Student Brittany Guest is a special kind of coach

Coach Brittany huddles with the Banana Slugs.
Audrey Bright and Nathan Plumlee go on defense.
Score! The Slugs celebrate a bucket.
(Photos by Michael O'Connor)

The ball bounced through the hoop, a whistle shrieked, fans whooped, and the coach leapt into the air. High-fives and fist-pumps went around as the scoring team hustled back down court to set up its zone defense, arms up, knees flexed.

There was the usual air of competition you'd expect of a basketball game in a high school gym on a bright, sunny Sunday morning. But for the Banana Slugs Special Olympics basketball team, winning the game was less important than playing in it. For these athletes--who have developmental disabilities such as Down syndrome--every step is a jubilation, every basket a triumph.

And for Coach Brittany Guest, 23, a fifth-year UCSC health sciences student who's volunteered coaching Special Olympics her entire college career, it's all about heart.

"My team is so huggy and lovey and adoring," said Guest, who directs the Special Olympics program for the Santa Cruz area. "They just want to play with you and laugh with you and adore you. They're beautiful people inside and out."

The hoops game on Sunday against Santa Clara had a special poignancy--it was Guest's last. This is her final year of coaching, since she graduates in June.

The Huntington Beach native signed up to get involved with Special Olympics at the first OPERS fall festival she attended when she came to UCSC.

"I went to my first bowling practice and fell in love with it, and ended up staying five years," Guest said with a laugh.

Special Olympics Northern California offers bowling in the fall, basketball in the winter, and track and field in spring.

The program gives participants physical exercise, but it also gets them out and about, said Cindy Blyther, sports manager for Special Olympics Northern California.

"It gives them something to do and provides the feeling of being part of a team," she said. "Also, it offers opportunities to interact with people and learn social skills."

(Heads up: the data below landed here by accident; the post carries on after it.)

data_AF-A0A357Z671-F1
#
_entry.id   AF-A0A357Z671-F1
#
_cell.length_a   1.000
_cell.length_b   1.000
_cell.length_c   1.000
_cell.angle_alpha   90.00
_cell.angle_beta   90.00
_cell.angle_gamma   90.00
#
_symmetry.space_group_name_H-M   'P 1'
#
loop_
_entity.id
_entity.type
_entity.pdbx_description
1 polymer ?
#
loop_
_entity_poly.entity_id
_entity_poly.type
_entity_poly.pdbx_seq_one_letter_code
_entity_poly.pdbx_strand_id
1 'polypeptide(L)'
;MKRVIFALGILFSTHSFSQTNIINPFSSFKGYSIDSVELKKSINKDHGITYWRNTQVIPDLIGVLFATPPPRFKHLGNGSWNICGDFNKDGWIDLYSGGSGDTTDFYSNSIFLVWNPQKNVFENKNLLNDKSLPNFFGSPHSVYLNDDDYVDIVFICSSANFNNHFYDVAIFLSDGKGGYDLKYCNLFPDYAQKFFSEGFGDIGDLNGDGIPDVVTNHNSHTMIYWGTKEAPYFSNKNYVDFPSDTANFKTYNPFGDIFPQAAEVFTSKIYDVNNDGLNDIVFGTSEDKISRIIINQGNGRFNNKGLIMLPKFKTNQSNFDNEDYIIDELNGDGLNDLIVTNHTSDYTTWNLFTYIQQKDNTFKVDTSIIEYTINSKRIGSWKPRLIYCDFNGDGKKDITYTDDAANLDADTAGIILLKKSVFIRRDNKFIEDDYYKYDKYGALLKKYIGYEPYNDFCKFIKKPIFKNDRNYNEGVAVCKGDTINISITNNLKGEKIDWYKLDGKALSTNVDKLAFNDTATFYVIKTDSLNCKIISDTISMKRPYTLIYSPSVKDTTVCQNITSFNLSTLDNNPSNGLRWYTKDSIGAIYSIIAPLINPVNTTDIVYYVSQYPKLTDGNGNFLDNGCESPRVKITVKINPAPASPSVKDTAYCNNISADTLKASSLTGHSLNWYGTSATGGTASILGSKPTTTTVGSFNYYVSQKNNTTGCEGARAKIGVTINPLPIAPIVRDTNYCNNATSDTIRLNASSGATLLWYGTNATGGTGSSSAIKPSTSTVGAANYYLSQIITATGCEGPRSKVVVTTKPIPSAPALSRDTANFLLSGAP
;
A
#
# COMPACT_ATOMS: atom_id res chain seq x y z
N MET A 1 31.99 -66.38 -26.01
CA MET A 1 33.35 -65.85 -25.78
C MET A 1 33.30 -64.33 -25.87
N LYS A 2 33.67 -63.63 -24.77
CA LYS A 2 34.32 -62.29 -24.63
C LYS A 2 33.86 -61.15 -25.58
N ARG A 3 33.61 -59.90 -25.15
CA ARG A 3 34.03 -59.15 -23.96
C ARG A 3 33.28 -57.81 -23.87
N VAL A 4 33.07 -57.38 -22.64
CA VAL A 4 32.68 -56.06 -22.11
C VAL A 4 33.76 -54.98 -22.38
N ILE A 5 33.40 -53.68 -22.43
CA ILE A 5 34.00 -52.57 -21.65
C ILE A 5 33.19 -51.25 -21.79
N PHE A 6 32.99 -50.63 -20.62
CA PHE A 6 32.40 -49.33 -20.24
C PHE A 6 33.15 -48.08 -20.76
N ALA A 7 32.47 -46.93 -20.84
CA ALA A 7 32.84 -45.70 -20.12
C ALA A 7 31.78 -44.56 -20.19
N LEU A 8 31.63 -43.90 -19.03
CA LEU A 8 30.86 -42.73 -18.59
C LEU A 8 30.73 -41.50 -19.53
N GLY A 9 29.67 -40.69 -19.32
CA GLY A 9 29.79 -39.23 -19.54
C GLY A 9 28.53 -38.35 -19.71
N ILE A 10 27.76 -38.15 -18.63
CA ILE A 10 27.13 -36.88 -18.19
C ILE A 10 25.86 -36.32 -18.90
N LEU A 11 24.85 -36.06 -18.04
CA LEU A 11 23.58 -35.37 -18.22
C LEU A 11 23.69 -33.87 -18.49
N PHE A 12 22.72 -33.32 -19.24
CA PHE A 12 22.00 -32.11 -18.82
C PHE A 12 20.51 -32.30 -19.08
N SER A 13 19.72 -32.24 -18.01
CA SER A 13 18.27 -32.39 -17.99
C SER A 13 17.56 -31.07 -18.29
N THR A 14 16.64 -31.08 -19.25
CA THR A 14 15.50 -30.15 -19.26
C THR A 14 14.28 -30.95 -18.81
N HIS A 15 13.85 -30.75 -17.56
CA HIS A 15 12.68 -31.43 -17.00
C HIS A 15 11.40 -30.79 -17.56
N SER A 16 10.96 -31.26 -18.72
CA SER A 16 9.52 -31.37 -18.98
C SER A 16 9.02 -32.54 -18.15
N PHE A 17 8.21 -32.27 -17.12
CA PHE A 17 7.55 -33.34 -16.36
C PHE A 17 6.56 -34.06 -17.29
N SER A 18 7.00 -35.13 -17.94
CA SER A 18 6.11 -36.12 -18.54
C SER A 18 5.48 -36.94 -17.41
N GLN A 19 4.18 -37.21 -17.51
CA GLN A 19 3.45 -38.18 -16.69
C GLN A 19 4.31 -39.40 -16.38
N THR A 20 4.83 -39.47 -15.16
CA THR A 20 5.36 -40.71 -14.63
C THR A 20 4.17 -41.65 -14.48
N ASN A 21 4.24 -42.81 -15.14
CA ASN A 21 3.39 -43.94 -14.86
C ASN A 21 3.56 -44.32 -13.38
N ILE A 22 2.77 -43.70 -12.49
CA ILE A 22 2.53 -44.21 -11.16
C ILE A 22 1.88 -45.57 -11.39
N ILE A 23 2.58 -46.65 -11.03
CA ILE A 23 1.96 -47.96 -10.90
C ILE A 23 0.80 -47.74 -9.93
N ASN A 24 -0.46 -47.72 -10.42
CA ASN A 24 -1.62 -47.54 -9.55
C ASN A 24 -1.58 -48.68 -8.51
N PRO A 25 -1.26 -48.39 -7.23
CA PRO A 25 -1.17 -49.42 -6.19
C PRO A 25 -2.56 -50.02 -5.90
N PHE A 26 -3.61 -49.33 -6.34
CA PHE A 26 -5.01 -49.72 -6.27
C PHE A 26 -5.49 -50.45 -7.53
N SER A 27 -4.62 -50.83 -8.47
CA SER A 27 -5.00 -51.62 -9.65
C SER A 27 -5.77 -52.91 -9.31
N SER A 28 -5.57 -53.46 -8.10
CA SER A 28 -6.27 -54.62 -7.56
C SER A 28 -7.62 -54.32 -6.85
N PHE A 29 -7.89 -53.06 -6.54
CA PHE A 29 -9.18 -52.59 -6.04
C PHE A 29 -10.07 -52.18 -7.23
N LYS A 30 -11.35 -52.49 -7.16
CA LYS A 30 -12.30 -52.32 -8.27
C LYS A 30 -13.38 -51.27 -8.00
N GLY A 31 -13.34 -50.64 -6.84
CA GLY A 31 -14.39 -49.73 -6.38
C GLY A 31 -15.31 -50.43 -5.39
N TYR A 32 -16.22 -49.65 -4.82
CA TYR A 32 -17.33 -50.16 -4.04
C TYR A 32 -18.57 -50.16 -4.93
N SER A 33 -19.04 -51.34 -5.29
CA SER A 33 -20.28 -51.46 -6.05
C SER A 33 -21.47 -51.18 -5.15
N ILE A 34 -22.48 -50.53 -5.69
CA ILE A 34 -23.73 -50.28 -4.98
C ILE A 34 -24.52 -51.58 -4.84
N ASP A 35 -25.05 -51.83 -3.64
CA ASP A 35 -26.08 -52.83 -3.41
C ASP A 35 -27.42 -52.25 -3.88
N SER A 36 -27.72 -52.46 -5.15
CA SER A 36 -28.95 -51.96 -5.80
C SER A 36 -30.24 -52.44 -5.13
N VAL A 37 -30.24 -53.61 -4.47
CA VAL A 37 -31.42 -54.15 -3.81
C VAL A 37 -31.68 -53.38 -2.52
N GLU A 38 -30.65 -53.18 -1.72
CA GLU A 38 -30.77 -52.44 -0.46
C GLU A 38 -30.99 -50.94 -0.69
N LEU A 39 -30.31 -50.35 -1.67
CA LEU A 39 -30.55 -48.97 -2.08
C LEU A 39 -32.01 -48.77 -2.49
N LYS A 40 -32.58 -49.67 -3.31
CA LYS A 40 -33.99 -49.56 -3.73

The Santa Cruz Special Olympics program is unique because it's the only student-run program in Northern California.

Guest is a rare volunteer, said Blyther.

"Some college students come out for a practice or two but rarely for an entire season, let alone become head coach," Blyther said.

Guest said she's learned a lot from the Special Olympics participants.

"They are so loving, and they are so welcoming," she said. "You could have purple hair and be pierced in 20 places on your face, and they would never think twice about passing judgment on you. It's an incredible human interaction that I don't get with many other humans."

Assistant Coach Claire Love, 20, a sophomore in the health sciences program, is poised to take over for Guest.

"It's a lot to take on, but I'm excited," said Love. "All the players are so happy to be at the games. The excitement rubs off on me. It's so inspiring."

Guest will be missed, though.

"Oh my goodness, everyone's going to miss Brittany," said parent Linda Bright, of Santa Cruz. Her daughter, Audrey, 20, has played with Guest during all of Guest's time coaching.

"When you're a Special Olympics coach, you deal with everything--their medical, their emotional, their handicap," said Bright. "It's just amazing to take that challenge on. Sometimes I don't even know if parents understand how incredible the people are who do this."

"The coaches make a special bond. They do," agreed Michael Bright, Audrey's dad.

"I love Brittany!" exclaimed Banana Slugs player Leah Radach, 27. "She's a nice girl."

"She always gives me smiles," agreed Allison Orr, 23. "She's a nice coach. She told me to do sports. I work very hard in practice, walking and passing and shooting."

Players at Sunday's game ranged in age from their teens to their 40s or 50s. Men and women played together, with the referee gently guiding them at times. The Banana Slugs emerged victorious, beating Santa Clara 24-10 in a decisive win.

"Sports gives them them a good social structure and helps them gain confidence," said Michael Bright. "And it gives them exposure to people like Brittany, who's wonderful."

"They take it very seriously," said parent Suzette Birnbaum, of Soquel, mom of player Teddy Parelius, 13. "A lot of times, even if they don't win, they feel like they're winners."

Related links:

Special Olympics Northern California